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PostPosted: Mon Mar 02, 2009 7:33 pm 
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Joined: Wed Aug 06, 2008 6:09 pm
Posts: 74
Location: Columbus,ohio
Since any sunny part in my yard goes to the yard is for the pumpkin patch and the dogs gotta go to the bathroom someplace somewhere I plan on making a raised bed in a un-used part of my driveway. I plan on getting some cinder blocks for free off of craigslist. Any how here on my questions.

1. Can it do Ok on concrete?

2.How deep should the bed be?

3.What shoud be put in the bed?

4. Will drnage or to much dranage be a problem?(keeping it moist)

5. Jbest do you have any picture of your tater tower?

6. Did it work?

7. Spacing for plants?

8. has anyone had luck with planting herb or flowers in sides of cinder blocks?

9.What do people mean when they say "square"? for expample 6 squares of maters

10. Last one. What does "SFG" stand for


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PostPosted: Mon Mar 02, 2009 9:15 pm 
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Joined: Wed Feb 08, 2006 6:02 pm
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Location: PNW
Number 10 is 'square foot gardening'. As for the rest, I don't know. How about using those large nursery pots instead (I'm guessing 25 gallon size or more)? That way if you needed that part of your driveway, you could move them aside. I use a couple of them when I want to grow something that needs more warmth or just as a place to grow things without moles doing their damage. I know of a woman who has a big chunk of her driveway devoted to potted plants; shrubs, roses, small trees, etc. and it works well except for all the watering. I told her she should get a drip system to make it easier. She's in her upper 80s.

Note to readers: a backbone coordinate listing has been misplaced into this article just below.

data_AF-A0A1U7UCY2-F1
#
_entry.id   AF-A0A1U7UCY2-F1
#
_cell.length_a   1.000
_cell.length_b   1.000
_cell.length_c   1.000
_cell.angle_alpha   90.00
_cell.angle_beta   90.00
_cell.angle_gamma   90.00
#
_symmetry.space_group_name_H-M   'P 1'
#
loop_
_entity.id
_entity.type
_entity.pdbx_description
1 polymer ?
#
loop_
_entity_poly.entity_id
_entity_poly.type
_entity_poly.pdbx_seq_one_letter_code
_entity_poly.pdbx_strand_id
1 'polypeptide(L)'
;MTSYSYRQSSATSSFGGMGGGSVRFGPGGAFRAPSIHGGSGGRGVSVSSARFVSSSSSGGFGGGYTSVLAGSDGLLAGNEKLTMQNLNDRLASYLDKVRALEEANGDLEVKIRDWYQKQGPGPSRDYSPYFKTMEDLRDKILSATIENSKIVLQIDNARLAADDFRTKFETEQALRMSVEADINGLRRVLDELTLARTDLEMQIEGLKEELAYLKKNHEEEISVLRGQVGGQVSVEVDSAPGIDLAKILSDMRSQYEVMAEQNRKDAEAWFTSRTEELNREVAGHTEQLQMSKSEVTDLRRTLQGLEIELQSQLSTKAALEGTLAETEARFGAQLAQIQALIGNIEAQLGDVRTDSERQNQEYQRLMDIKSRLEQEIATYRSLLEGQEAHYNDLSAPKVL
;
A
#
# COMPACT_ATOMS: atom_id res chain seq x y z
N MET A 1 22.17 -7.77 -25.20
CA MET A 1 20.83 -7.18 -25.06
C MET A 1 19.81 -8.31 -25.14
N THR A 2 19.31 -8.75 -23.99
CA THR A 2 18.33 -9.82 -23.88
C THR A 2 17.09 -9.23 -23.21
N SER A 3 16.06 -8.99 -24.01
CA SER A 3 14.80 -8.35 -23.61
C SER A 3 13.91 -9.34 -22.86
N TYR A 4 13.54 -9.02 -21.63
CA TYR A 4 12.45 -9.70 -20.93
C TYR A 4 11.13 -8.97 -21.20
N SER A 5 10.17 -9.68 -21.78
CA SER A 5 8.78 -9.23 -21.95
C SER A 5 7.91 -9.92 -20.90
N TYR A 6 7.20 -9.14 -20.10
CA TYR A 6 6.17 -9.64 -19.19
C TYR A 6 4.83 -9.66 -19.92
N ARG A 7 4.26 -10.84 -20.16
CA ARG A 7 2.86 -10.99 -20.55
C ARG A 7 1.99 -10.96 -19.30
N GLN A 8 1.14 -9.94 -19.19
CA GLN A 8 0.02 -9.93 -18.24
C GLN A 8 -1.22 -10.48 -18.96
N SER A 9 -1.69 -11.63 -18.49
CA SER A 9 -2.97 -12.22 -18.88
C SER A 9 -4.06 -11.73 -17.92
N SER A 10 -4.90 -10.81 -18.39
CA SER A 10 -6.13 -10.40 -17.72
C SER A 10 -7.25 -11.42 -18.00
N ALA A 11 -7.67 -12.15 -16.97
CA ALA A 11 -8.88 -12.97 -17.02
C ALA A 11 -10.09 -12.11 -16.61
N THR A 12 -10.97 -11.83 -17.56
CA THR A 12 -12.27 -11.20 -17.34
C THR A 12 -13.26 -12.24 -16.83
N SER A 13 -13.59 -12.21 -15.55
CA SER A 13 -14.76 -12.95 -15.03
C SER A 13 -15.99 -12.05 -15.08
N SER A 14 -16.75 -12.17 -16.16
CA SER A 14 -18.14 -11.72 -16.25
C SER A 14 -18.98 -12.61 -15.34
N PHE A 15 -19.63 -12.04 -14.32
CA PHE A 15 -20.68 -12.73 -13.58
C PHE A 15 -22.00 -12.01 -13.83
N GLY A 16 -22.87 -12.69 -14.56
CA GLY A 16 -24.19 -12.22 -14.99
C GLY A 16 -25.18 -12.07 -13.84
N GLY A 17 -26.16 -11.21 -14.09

If you were to make a bed, I'd think you'd need a slightly sloped driveway to allow water to drain off.

Maybe someone who has done it will chime in.


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PostPosted: Tue Mar 03, 2009 3:34 pm 
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Joined: Tue Nov 27, 2007 9:43 am
Posts: 280
Location: Zone 5B Pennsylvania
Hi, giant pumpkin peep and welcome to SFGing. I will try to answer the questions that I can.
1. and 2. Many people claim success on concrete but I would go two blocks high (16”) particularly if you plan to grow root crops.
3. I use 100% homemade compost; it has worked great for me. Some disagree though.
4. I never heard anybody complain of not enough drainage.
5. and 6. This spring will be my first attempt at tater towers. I will let you know.
7. I do not go by the book on SFG. I use the plant spacing on the seed pack in both directions.
8. I used wood.
9. One square foot.
10. Square Foot Gardening.

John

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My Web Page: http://www.jbest123.com


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PostPosted: Tue Mar 03, 2009 4:56 pm 
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Joined: Sun Nov 02, 2008 10:08 pm
Posts: 221
Location: Zone 5
I have a small triangular planter on top of my driveway made with large stones standing on edge and another smaller planter sitting on concrete that is made from a single concrete block meant for a chimney flue liner. One is about 12 inches deep and the other about 6 inches. Neither of them have a problem with drainage as the water will run right out the bottom. Too much drainage would likely be more of a problem if your soil is allowed to get too dry as the water will run down the side of the blocks and out the bottom before the soil can absorb any.

Both of these are for ornamental purposes and are in full shade. They produce beautifully when planted with shade annuals mixed with a couple of tough perennials.

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PostPosted: Sat Mar 28, 2009 3:43 pm 
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Joined: Tue Mar 18, 2008 1:57 pm
Posts: 25
Location: NYC- zone 6/ Shohola PA-5
Here is a link to a similar post that may help you out.

Peter


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PostPosted: Sat Mar 28, 2009 4:18 pm 
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Joined: Wed Mar 04, 2009 9:47 pm
Posts: 197
Location: West Tennessee, Zone 7
Peter, somehow your link didn't come through! :)

Robert

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PostPosted: Sat Mar 28, 2009 4:18 pm 
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Location: Zone 5B Pennsylvania
Hello Peter, I use to have a trailer setup at Silver Canoe campground and own two farms near Dayton, PA. I currently live in zip 15068; I would say that we are almost next-door neighbors.

John

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PostPosted: Sun Apr 05, 2009 11:34 am